The Coming Of The Ice by G. Peyton Wertenbaker

July 16, 2013 by · Leave a Comment
Filed under: Online Audio 

SFFaudio Online Audio

The Coming Of The Ice - illustrated by Frank R. Paul

I posted about this story, as part of a larger LibriVox collection, back in 2009. Then, I described it thusly:

The Coming Of The Ice explains the strange and sad fate of a man who undergoes an operation to make him immortal (and sterile).

I had somehow forgotten about it. But, as I heard someone describe it recently I was reminded of it, tracked it down again, and enjoyed it wholly afresh today.

The Coming Of The Ice deserves to be far better known. Not only is it a really terrific story, but the narration, by Giles Baker, is absolutely outstanding too!

Sam Moskowitz, in his introduction to the 1961 reprint of The Coming Of The Ice wrote the following about it:

One of the gravest editorial problems faced by the editors of AMAZING STORIES when they launched its first issue, dated April, 1926, was the problem of finding or developing authors who could write the type of story they needed. As a stop-gap, the first two issues of AMAZING STORIES were devoted entirely to reprints. But reprints were to constitute a declining portion of the publication’s contents for the following four years. The first new story the magazine bought was Coming Of The Ice, by G. Peyton Wertenbaker, which appeared in its third issue. Wertenbaker was not technically a newcomer to science fiction, since he had sold his first story to Gernsback’s SCIENCE AND INVENTION, The Man From the Atom, in 1923 when he was only 16! Now, at the ripe old age of 19, he was appearing in the world’s first truely complete science fiction magazine. The scope of his imagination was truly impressive and, despite the author’s youth, Coming of
the Ice
builds to a climax of considerable power.

Back in 1926 the editorial introduction, presumably by Hugo Gernsback himself, said this about The Coming Of The Ice:

This powerful and tragic story by the author of “The Man From The Atom” tells of a man who acquired terrestrial immortality – tells of a world many centuries hence – a time when everything is changed. This one man remains as a relic of the 20th century, He is alone with strangely developed human beings, the product of ages of evolution. Climactic changes are taking place. The world begins to grow cold. New York is almost in the Arctic region and Italy is covered with snow all the year around. In spite of their enormous intellectual development, all human beings must perish. Our hero alone can withstand the intense cold. He wanted eternal life – and he got it – eternal life, purely intellectual. What does he do with all his years? And how does he enjoy them?, Read this powerful story.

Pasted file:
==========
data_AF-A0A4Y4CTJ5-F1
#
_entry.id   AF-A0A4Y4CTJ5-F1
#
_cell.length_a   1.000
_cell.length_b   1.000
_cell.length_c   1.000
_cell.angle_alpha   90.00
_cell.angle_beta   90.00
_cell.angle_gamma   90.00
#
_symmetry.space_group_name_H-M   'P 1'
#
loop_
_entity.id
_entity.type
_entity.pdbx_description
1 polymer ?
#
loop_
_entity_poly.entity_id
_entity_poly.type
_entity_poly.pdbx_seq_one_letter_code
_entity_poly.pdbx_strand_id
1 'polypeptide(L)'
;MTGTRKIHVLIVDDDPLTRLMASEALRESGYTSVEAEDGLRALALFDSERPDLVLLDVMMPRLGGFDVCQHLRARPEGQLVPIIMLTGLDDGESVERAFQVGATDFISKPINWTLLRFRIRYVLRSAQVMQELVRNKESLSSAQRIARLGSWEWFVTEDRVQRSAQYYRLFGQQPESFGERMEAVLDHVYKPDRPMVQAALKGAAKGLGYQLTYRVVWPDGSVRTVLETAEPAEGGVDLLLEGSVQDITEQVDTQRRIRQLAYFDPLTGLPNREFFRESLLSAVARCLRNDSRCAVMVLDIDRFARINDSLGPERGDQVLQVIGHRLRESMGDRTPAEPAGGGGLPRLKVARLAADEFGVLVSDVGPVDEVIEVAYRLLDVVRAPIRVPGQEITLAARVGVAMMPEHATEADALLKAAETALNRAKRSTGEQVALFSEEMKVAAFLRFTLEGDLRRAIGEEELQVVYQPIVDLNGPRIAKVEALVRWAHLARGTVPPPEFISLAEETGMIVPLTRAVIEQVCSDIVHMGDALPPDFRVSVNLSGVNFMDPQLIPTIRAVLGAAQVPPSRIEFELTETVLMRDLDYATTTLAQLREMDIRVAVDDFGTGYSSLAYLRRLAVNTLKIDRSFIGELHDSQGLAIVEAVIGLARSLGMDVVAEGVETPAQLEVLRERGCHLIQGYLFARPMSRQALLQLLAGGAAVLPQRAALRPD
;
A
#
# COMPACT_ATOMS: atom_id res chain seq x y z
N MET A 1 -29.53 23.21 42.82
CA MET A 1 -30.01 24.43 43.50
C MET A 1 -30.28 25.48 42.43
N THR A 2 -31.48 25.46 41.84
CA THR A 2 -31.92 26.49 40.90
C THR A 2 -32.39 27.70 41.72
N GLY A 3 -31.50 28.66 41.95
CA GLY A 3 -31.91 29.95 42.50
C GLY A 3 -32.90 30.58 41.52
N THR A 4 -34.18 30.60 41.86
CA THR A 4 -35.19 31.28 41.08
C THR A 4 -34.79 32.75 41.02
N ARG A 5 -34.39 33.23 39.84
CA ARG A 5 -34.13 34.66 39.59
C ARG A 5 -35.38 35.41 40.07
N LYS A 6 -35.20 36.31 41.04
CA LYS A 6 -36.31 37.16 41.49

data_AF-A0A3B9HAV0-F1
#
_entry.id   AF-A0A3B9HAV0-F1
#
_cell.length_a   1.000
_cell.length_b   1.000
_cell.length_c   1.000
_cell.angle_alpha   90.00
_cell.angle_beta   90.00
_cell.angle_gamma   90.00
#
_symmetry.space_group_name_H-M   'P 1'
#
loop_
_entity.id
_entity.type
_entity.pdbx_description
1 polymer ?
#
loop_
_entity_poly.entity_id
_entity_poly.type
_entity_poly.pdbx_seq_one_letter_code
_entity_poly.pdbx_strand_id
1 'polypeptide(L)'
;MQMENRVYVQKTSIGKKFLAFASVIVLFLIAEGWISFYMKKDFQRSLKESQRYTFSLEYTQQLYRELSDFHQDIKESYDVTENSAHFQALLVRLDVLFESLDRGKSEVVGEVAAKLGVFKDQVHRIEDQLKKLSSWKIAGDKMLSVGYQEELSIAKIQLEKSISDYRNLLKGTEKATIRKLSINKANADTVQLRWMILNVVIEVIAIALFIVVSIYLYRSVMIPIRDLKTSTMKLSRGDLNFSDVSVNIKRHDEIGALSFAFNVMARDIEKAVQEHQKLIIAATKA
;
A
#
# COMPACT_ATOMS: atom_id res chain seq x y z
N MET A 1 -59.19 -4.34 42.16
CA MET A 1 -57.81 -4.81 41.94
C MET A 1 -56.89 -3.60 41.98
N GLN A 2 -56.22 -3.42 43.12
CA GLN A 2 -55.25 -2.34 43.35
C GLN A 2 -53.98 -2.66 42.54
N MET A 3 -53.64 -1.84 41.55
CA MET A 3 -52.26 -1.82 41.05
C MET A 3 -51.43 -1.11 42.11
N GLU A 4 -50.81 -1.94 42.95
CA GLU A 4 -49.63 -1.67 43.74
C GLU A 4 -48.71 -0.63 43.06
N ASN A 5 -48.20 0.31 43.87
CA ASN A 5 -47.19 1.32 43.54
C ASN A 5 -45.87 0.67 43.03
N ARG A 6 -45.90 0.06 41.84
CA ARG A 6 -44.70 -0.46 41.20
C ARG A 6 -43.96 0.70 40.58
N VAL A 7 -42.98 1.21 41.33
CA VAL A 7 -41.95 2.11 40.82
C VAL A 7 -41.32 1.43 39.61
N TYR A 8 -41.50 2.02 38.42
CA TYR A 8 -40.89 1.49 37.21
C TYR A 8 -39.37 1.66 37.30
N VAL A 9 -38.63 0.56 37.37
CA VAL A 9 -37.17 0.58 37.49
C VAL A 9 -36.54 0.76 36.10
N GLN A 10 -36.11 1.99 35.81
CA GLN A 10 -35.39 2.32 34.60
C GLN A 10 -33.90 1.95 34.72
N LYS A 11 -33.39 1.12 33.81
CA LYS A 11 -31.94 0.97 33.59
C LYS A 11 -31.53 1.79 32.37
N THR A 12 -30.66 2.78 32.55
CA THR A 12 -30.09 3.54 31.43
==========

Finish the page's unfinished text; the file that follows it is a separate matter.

LibriVoxThe Coming Of The Ice
By G. Peyton Wertenbaker; Read by Giles Baker
1 |MP3| – Approx. 40 Minutes [UNABRIDGED]
Publisher: LibriVox.org
Published: February 4, 2009
“Strange men, these creatures of the hundredth century, men with huge brains and tiny, shriveled bodies, atrophied limbs, and slow, ponderous movements on their little conveyances … it was then that I was forced to produced my tattered old paper, proving my identity and my story.” First published in Amazing Stories, June 1926.

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Here are two PDF versions:

Amazing Stories, June 1926 |PDF|
Amazing Stories, July 1961 |PDF|

[Thanks also to David T. and Carlo!]

Posted by Jesse Willis

Review of The Engines of God by Jack McDevitt

July 19, 2012 by · Leave a Comment
Filed under: Reviews 

SFFaudio Review

Science Fiction Audiobooks - The Engines of God by Jack McDevittThe Engines of God
By Jack McDevitt; Read by Tom Weiner
14 Hours – [UNABRIDGED]
Publisher: Blackstone Audio
Published: 2012
Themes: / Science Fiction / Archaeology / Climate Change / Aliens / Space / Space Exploration /

Climate change has Earth on the brink of disaster. The only viable solution is terraforming other planets to ensure survival. For a small group of archaeologists, however, terraforming is the worst possible solution. The only suitable planet is also the one planet with the most promising artifacts of an unknown alien race. Known as the Monument Makers, the aliens’ buildings feature a seemingly uncrackable code on them. The team is looking for the alien equivalent of the Rosetta Stone and must race against time to finish excavations before terraforming begins.